Synaptic depression of evoked EPSCs was quantified with stimulation frequencies ranging from 0.2 to 100 Hz at the single CNS synapse formed by the calyx of Held in the rat brainstem. Half-maximal depression occurred at ≈1 Hz, with 10 and 100 Hz stimulation frequencies reducing EPSC amplitudes to ≈30% and ≈10% of their initial magnitude, respectively. The time constant of recovery from depression elicited by 10 Hz afferent fiber stimulation was 4.2 sec. AMPA and NMDA receptor-mediated EPSCs depressed in parallel at 1–5 Hz stimulation frequencies, suggesting that depression was induced by presynaptic mechanism(s) that reduced glutamate release. To determine the contribution of autoreceptors to depression, we studied the inhibitory effects of the metabotropic glutamate receptor (mGluR) agonists (1S, 3S)-ACPD and l-AP4 and found them to be reversed in a dose-dependent manner by (RS)-α-cyclopropyl-4-phosphonophenylglycine (CPPG), a novel and potent competitive antagonist of mGluRs. At 300 μm, CPPG completely reversed the effects ofl-AP4 and (1S, 3S)-ACPD, but reduced 5–10 Hz elicited depression by only ≈6%. CPPG-sensitive mGluRs, presumably activated by glutamate spillover during physiological synaptic transmission, thus contribute on the order of only 10% to short-term synaptic depression. We therefore suggest that the main mechanism contributing to the robust depression elicited by 5–10 Hz afferent fiber stimulation of the calyx of Held synapse is synaptic vesicle pool depletion.
- competitive antagonist
- synaptic transmission
- auditory brainstem slices
- short-term plasticity
Use-dependent synaptic depression is a ubiquitous phenomenon observed in a wide variety of synapses from invertebrates (Kusano and Landau, 1975; Charlton et al., 1982; Atwood et al., 1994) to mammals (Debanne et al., 1996; Rosenmund and Stevens, 1996). In the mammalian neocortex, for example, synaptic depression is the predominant form of short-term synaptic plasticity observed between pyramidal cell pairs that have a high release probability (Thomson et al., 1993; Abbott et al., 1997; Tsodyks and Markram, 1997). Understanding the properties and underlying mechanisms that generate synaptic depression therefore is vital for an understanding of how neural networks operate in the brain. Multiple cellular mechanisms, perhaps acting simultaneously, may be responsible for the generation of synaptic depression. Some proposed mechanisms are autoreceptor activation (e.g., metabotropic glutamate receptor, mGluR;Forsythe and Clements, 1990; Baskys and Malenka, 1991; Nakanishi, 1994;Takahashi et al., 1996), presynaptic calcium current inactivation (Wu and Saggau, 1997), depletion of the readily releasable pool of synaptic vesicles at active zones (Thies, 1965; Liu and Tsien, 1995; Stevens and Tsujimoto, 1995), postsynaptic receptor desensitization (Magleby and Pallotta, 1981; Trussell et al., 1993; Otis et al., 1996), and adaptation of the calcium sensor for exocytosis (Hsu et al., 1996). To study and quantify how much each of these different processes contributes to depression, a CNS synapse preparation that expresses robust synaptic depression is necessary.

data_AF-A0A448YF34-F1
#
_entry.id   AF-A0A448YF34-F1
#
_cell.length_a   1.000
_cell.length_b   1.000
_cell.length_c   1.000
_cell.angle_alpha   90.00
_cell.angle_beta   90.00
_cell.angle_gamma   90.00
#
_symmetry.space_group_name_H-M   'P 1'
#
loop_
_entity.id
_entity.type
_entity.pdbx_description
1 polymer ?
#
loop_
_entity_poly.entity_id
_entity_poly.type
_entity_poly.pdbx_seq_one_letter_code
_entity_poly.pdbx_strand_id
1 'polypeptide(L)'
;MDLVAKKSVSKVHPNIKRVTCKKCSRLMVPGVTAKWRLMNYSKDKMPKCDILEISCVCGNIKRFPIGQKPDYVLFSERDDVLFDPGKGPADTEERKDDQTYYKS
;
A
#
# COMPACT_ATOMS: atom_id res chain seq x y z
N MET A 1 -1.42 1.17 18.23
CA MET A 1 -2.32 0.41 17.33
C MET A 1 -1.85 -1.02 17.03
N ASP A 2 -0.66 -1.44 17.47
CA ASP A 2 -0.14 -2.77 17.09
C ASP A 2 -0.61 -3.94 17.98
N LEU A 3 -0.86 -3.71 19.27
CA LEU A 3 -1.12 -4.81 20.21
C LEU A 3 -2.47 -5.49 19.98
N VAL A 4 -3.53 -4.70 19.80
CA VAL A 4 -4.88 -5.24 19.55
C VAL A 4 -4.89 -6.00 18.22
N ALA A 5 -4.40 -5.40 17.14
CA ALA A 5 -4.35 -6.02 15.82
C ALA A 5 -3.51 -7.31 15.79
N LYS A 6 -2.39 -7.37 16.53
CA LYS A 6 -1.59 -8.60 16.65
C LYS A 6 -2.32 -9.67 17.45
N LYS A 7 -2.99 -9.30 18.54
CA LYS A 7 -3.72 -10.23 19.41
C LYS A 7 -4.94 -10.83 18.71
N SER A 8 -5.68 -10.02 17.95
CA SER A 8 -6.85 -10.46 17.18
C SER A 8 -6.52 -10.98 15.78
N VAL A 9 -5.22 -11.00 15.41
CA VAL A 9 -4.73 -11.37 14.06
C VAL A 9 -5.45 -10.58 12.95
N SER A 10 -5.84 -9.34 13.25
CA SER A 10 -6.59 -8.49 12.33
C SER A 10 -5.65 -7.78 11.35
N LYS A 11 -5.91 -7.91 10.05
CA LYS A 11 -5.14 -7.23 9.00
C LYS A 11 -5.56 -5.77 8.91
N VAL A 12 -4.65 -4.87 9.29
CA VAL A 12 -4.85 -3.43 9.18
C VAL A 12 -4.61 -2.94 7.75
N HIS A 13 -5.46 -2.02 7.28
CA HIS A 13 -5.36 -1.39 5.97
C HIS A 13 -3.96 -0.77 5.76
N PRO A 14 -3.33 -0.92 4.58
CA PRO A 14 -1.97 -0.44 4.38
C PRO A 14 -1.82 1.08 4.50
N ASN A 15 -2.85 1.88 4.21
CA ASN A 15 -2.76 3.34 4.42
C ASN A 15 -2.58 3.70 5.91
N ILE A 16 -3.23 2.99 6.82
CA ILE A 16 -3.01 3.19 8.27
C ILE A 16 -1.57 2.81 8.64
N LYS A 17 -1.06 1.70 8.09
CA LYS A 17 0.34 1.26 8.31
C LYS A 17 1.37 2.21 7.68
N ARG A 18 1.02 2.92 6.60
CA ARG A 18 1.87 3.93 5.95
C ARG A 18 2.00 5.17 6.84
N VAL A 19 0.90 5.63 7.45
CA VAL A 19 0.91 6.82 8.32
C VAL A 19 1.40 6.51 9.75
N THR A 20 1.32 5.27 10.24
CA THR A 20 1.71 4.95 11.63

A model CNS synapse is the calyx of Held, where a single large calyciform terminal synapses onto each principal neuron of the medial nucleus of the trapezoid body (MNTB) in the mammalian brainstem (Forsythe and Barnes-Davies, 1993; Borst et al., 1995). This axo–somatic glutamatergic synapse is involved in computing sound localization, and the calyx structure, with its multiple active zones, ensures fast, reliable synaptic transmission. We have characterized short-term plasticity (Magleby, 1987) at this synapse by recording EPSCs evoked by trains of presynaptic action potentials delivered at various frequencies (0.2–100 Hz). We show that AMPA and NMDA receptor-mediated EPSCs depress in a parallel manner for 1–5 Hz stimulation frequencies. This suggests that glutamate release is reduced during stimulation trains at these frequencies and that depression is attributable to presynaptic mechanism(s) and is not a consequence of postsynaptic receptor desensitization.
Recently, evidence was reported that use-dependent spillover of glutamate from the synaptic cleft (Asztely et al., 1997) can activate presynaptic mGluRs (Scanziani et al., 1997) and thus lead to depression. By using a potent antagonist of group II and III mGluRs, (RS)-α-cyclopropyl-4-phosphonophenylglycine (CPPG) (Jane et al., 1996), we have investigated whether the activation of presynaptic mGluRs sensitive to l-AP4 and ACPD is involved in producing short-term synaptic depression at the calyx of Held. We conclude that they contribute on the order of only 10% to the overall depression elicited by 5–10 Hz stimulation.
MATERIALS AND METHODS
Slice preparation. The preparation of brainstem slices from 8- to 11-d-old Wistar rats followed the procedure described by Forsythe and Barnes-Davies (1993) and Borst et al. (1995). Rats were decapitated, and the brainstem was immersed in ice-cold low-calcium artificial CSF (aCSF) containing (in mm): NaCl 125, KCl 2.5, MgCl2 3.0, CaCl2 0.1, glucose 25, NaHCO3 25, NaH2PO4 1.25, ascorbic acid 0.4, myo-inositol 3, and Na-pyruvate 2, pH 7.4, when bubbled with carbogen (95% O2/5% CO2), with osmolarity ≈320 mOsm. Alternatively, a low-sodium (0 NaCl), high-sucrose (250 mm) aCSF was used sometimes. The brainstem, with cerebellum, was glued with cyanoacrylate glue onto the stage of a vibratome slicer (Campden Instruments), and 200-μm-thick transverse slices were cut proceeding from a caudal to rostral direction. Three to four slices containing the MNTB and the presynaptic axons of the calyx of Held thus were obtained. Slices were transferred rapidly to an incubation chamber containing normal aCSF gently bubbled with carbogen and maintained at 37°C for 30–60 min and were used for experiments during the next 5–6 hr. The normal aCSF was the same as the low-calcium aCSF described above except that 1.0 mm MgCl2 and 2.0 mmCaCl2 were used.